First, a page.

Overnight Dexamethasone Suppression Test
The overnight dexamethasone suppression
test involves taking a dose of a
corticosteroid medicine called dexamethasone to see
how it affects the level of a hormone called
cortisol in the blood. This test screens for
Cushing's syndrome, a condition in which excess
amounts of cortisol are being produced by the adrenal glands. Test results are
usually available in a few days.
An abnormal test result may mean that
further testing is needed to identify Cushing's syndrome. Likewise, a normal
test result means that you do not have Cushing's syndrome. Cushing's
syndrome can be hard to diagnose, so an
endocrinologist should be consulted if test results
are uncertain or if the test results do not help explain your symptoms.
The normal values listed here—called a reference range—are just a guide. These ranges vary from lab to lab, and your lab may have a different range for what's normal. Your lab report should contain the range your lab uses. Also, your doctor will evaluate your results based on your health and other factors. This means that a value that falls outside the normal values listed here may still be normal for you or your lab.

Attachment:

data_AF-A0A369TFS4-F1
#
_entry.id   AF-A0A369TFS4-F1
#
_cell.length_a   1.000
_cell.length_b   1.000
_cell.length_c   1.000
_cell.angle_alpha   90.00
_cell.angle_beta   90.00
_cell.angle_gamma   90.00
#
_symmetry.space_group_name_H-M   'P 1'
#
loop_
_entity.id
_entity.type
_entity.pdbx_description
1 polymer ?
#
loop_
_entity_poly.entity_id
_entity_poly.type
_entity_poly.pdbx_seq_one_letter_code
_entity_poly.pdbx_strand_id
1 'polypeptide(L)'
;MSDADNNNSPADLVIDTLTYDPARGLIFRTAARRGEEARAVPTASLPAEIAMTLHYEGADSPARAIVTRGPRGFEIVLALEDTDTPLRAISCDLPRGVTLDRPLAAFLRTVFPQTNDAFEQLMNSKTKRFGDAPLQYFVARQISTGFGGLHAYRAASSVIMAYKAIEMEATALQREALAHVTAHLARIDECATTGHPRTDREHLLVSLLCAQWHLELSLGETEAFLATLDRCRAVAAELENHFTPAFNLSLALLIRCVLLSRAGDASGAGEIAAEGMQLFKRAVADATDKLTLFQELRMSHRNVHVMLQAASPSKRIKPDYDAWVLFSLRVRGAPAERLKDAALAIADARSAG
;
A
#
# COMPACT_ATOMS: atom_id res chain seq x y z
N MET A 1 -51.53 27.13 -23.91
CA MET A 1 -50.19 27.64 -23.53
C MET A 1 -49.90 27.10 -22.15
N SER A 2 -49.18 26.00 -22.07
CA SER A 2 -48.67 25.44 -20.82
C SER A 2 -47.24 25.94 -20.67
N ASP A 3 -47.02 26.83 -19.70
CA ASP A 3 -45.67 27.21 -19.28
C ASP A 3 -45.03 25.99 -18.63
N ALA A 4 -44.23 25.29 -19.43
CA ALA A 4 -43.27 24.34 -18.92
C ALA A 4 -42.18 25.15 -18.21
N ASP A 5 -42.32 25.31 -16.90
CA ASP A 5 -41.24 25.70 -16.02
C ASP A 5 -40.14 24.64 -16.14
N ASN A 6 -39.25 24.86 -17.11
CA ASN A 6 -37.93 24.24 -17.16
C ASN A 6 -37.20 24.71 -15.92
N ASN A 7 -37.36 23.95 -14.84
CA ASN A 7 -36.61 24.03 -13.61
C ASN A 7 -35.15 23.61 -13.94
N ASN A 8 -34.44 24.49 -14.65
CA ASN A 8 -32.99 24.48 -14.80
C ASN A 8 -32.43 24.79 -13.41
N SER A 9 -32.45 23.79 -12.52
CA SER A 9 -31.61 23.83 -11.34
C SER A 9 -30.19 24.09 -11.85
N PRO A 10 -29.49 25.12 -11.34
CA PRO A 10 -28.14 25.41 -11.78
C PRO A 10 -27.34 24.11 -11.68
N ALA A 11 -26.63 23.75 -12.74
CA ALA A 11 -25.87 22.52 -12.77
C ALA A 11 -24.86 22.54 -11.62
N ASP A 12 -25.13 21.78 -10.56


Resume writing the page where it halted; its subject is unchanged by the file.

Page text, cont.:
Overnight dexamethasone suppression test
Cortisol level is less than 5
micrograms per deciliter (mcg/dL) or less than 138
nanomoles per liter (nmol/L).
High cortisol levels may be caused
What Affects the Test
Reasons you may not be able to
have the test or why the results may not be helpful include:
- Pregnancy or extreme
- Severe weight loss, dehydration, or acute alcohol
- Severe injury.
take medicines, such as barbiturates, phenytoin (Dilantin), birth control
pills, aspirin, morphine, methadone, lithium, monoamine oxidase inhibitors
(MAOIs), spironolactone (Aldactone), or
Some people may quickly process (metabolize) the
dose of dexamethasone. In these people, cortisol levels will not drop unless a
higher dose of the medicine is given.